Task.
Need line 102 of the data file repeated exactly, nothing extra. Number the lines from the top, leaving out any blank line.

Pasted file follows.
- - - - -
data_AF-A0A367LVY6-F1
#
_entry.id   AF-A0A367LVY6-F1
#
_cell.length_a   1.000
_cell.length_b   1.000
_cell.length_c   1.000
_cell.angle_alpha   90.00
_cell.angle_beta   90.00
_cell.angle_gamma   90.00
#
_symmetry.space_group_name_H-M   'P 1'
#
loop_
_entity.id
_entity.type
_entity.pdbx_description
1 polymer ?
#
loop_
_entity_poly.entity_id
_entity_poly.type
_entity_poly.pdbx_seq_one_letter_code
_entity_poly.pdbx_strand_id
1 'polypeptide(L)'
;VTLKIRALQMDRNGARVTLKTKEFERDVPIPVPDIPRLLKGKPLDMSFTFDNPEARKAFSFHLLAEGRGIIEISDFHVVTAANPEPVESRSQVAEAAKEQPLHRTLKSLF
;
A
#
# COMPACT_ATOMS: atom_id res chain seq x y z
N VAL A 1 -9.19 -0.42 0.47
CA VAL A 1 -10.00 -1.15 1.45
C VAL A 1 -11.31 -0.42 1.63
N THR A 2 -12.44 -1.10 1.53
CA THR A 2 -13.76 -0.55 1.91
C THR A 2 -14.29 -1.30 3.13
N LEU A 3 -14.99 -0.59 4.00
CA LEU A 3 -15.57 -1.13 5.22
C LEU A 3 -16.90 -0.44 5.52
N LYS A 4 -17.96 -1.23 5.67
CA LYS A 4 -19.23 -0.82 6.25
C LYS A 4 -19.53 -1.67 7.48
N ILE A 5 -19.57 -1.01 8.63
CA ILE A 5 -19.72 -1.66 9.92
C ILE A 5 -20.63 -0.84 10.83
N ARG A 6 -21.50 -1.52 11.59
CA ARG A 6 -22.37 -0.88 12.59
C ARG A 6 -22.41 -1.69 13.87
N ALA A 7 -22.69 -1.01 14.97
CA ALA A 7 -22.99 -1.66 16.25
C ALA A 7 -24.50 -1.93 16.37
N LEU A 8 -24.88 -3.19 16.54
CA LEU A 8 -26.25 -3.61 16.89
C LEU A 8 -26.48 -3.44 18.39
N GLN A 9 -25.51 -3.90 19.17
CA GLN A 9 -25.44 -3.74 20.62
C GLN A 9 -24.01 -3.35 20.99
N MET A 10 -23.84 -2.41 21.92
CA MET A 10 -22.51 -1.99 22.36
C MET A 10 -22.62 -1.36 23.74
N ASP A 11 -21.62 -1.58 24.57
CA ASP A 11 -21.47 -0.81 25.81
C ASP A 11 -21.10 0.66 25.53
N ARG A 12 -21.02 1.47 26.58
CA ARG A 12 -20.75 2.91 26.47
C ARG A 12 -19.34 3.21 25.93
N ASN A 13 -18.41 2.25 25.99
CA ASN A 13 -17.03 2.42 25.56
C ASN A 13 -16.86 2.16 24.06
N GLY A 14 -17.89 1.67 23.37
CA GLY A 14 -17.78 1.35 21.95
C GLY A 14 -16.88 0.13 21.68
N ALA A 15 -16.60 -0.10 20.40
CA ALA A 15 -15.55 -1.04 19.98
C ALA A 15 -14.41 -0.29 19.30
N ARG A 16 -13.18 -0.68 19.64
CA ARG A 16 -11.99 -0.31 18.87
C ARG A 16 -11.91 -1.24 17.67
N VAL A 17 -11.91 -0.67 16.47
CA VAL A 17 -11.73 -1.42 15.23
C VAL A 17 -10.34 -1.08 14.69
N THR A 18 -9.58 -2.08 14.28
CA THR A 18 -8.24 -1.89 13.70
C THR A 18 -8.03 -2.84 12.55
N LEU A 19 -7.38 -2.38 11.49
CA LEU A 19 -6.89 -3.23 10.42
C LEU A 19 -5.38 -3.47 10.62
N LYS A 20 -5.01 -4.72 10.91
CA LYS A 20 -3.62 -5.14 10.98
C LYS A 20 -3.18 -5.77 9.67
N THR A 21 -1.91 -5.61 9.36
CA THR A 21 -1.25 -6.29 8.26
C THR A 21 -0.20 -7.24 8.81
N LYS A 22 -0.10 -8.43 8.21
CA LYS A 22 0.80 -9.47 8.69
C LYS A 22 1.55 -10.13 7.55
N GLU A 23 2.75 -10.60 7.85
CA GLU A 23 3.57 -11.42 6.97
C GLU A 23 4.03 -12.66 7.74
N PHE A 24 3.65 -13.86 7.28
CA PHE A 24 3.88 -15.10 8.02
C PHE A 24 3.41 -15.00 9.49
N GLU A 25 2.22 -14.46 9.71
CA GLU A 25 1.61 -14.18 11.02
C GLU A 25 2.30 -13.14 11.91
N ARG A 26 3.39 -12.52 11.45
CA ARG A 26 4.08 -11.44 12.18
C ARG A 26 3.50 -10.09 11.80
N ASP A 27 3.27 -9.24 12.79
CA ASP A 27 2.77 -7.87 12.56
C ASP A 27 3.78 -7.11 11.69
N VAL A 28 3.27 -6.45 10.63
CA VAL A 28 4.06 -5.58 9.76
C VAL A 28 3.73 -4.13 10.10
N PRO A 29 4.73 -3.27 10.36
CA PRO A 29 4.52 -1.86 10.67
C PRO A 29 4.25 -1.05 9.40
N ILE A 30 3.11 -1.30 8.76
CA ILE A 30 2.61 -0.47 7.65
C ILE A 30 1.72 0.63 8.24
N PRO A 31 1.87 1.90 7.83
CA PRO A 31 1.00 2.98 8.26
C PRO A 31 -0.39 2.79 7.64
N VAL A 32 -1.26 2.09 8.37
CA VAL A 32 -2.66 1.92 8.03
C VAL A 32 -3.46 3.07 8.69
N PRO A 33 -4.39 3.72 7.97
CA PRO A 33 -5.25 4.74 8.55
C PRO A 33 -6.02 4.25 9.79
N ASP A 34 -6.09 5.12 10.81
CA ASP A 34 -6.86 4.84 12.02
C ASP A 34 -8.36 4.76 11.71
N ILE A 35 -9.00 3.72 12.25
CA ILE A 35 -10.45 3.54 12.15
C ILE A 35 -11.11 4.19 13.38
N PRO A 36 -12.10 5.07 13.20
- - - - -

C PHE A 24 3.41 -15.00 9.49